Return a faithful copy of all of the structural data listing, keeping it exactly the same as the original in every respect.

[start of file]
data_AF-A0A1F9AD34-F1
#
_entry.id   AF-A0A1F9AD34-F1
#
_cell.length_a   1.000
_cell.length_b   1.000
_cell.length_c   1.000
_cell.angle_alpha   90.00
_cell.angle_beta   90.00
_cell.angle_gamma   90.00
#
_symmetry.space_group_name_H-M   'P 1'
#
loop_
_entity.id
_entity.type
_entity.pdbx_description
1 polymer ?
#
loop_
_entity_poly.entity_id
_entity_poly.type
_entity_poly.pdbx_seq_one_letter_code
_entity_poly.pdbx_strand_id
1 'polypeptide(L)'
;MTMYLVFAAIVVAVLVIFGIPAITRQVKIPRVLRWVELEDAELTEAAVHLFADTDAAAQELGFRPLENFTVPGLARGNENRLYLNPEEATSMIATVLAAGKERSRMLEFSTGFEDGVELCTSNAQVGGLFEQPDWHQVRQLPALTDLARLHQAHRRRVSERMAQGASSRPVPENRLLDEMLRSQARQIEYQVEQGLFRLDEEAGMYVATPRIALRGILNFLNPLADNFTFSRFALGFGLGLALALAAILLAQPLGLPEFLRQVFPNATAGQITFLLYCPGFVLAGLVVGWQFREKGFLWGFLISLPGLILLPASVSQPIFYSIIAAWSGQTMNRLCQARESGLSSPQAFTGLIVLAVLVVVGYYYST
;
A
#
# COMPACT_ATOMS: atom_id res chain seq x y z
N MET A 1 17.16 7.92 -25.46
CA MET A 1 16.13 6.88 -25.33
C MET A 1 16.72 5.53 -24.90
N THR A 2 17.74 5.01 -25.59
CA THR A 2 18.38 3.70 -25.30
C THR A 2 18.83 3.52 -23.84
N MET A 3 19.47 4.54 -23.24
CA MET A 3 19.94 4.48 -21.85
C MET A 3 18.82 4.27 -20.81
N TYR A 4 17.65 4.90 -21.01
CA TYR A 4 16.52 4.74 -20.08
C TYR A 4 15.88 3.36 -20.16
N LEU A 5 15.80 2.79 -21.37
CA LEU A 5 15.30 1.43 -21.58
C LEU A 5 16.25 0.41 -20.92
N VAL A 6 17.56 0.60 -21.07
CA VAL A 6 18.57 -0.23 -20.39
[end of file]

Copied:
data_AF-A0A1F9AD34-F1
#
_entry.id   AF-A0A1F9AD34-F1
#
_cell.length_a   1.000
_cell.length_b   1.000
_cell.length_c   1.000
_cell.angle_alpha   90.00
_cell.angle_beta   90.00
_cell.angle_gamma   90.00
#
_symmetry.space_group_name_H-M   'P 1'
#
loop_
_entity.id
_entity.type
_entity.pdbx_description
1 polymer ?
#
loop_
_entity_poly.entity_id
_entity_poly.type
_entity_poly.pdbx_seq_one_letter_code
_entity_poly.pdbx_strand_id
1 'polypeptide(L)'
;MTMYLVFAAIVVAVLVIFGIPAITRQVKIPRVLRWVELEDAELTEAAVHLFADTDAAAQELGFRPLENFTVPGLARGNENRLYLNPEEATSMIATVLAAGKERSRMLEFSTGFEDGVELCTSNAQVGGLFEQPDWHQVRQLPALTDLARLHQAHRRRVSERMAQGASSRPVPENRLLDEMLRSQARQIEYQVEQGLFRLDEEAGMYVATPRIALRGILNFLNPLADNFTFSRFALGFGLGLALALAAILLAQPLGLPEFLRQVFPNATAGQITFLLYCPGFVLAGLVVGWQFREKGFLWGFLISLPGLILLPASVSQPIFYSIIAAWSGQTMNRLCQARESGLSSPQAFTGLIVLAVLVVVGYYYST
;
A
#
# COMPACT_ATOMS: atom_id res chain seq x y z
N MET A 1 17.16 7.92 -25.46
CA MET A 1 16.13 6.88 -25.33
C MET A 1 16.72 5.53 -24.90
N THR A 2 17.74 5.01 -25.59
CA THR A 2 18.38 3.70 -25.30
C THR A 2 18.83 3.52 -23.84
N MET A 3 19.47 4.54 -23.24
CA MET A 3 19.94 4.48 -21.85
C MET A 3 18.82 4.27 -20.81
N TYR A 4 17.65 4.90 -21.01
CA TYR A 4 16.52 4.74 -20.08
C TYR A 4 15.88 3.36 -20.16
N LEU A 5 15.80 2.79 -21.37
CA LEU A 5 15.30 1.43 -21.58
C LEU A 5 16.25 0.41 -20.92
N VAL A 6 17.56 0.60 -21.07
CA VAL A 6 18.57 -0.23 -20.39